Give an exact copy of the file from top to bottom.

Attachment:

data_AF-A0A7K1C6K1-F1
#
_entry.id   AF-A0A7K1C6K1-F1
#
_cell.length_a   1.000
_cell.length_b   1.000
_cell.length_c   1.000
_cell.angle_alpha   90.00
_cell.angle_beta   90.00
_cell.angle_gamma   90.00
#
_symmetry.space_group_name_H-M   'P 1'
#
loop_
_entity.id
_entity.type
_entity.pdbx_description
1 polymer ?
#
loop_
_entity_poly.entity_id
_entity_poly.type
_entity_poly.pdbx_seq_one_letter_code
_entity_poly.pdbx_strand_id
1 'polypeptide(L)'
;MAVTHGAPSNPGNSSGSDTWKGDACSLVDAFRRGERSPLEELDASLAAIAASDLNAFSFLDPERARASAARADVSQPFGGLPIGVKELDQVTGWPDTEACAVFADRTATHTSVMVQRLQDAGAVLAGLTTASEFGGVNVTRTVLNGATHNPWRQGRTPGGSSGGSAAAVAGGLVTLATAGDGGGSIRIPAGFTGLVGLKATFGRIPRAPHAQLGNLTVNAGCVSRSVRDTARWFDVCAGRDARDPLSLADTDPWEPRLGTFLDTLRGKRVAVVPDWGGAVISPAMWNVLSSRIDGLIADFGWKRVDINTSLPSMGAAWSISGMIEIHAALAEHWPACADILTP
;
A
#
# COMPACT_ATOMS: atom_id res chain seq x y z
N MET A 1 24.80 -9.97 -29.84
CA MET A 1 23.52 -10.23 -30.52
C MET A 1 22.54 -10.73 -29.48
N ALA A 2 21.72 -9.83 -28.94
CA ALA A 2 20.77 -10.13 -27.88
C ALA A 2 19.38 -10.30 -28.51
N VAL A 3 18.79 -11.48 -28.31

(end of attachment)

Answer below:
data_AF-A0A7K1C6K1-F1
#
_entry.id   AF-A0A7K1C6K1-F1
#
_cell.length_a   1.000
_cell.length_b   1.000
_cell.length_c   1.000
_cell.angle_alpha   90.00
_cell.angle_beta   90.00
_cell.angle_gamma   90.00
#
_symmetry.space_group_name_H-M   'P 1'
#
loop_
_entity.id
_entity.type
_entity.pdbx_description
1 polymer ?
#
loop_
_entity_poly.entity_id
_entity_poly.type
_entity_poly.pdbx_seq_one_letter_code
_entity_poly.pdbx_strand_id
1 'polypeptide(L)'
;MAVTHGAPSNPGNSSGSDTWKGDACSLVDAFRRGERSPLEELDASLAAIAASDLNAFSFLDPERARASAARADVSQPFGGLPIGVKELDQVTGWPDTEACAVFADRTATHTSVMVQRLQDAGAVLAGLTTASEFGGVNVTRTVLNGATHNPWRQGRTPGGSSGGSAAAVAGGLVTLATAGDGGGSIRIPAGFTGLVGLKATFGRIPRAPHAQLGNLTVNAGCVSRSVRDTARWFDVCAGRDARDPLSLADTDPWEPRLGTFLDTLRGKRVAVVPDWGGAVISPAMWNVLSSRIDGLIADFGWKRVDINTSLPSMGAAWSISGMIEIHAALAEHWPACADILTP
;
A
#
# COMPACT_ATOMS: atom_id res chain seq x y z
N MET A 1 24.80 -9.97 -29.84
CA MET A 1 23.52 -10.23 -30.52
C MET A 1 22.54 -10.73 -29.48
N ALA A 2 21.72 -9.83 -28.94
CA ALA A 2 20.77 -10.13 -27.88
C ALA A 2 19.38 -10.30 -28.51
N VAL A 3 18.79 -11.48 -28.31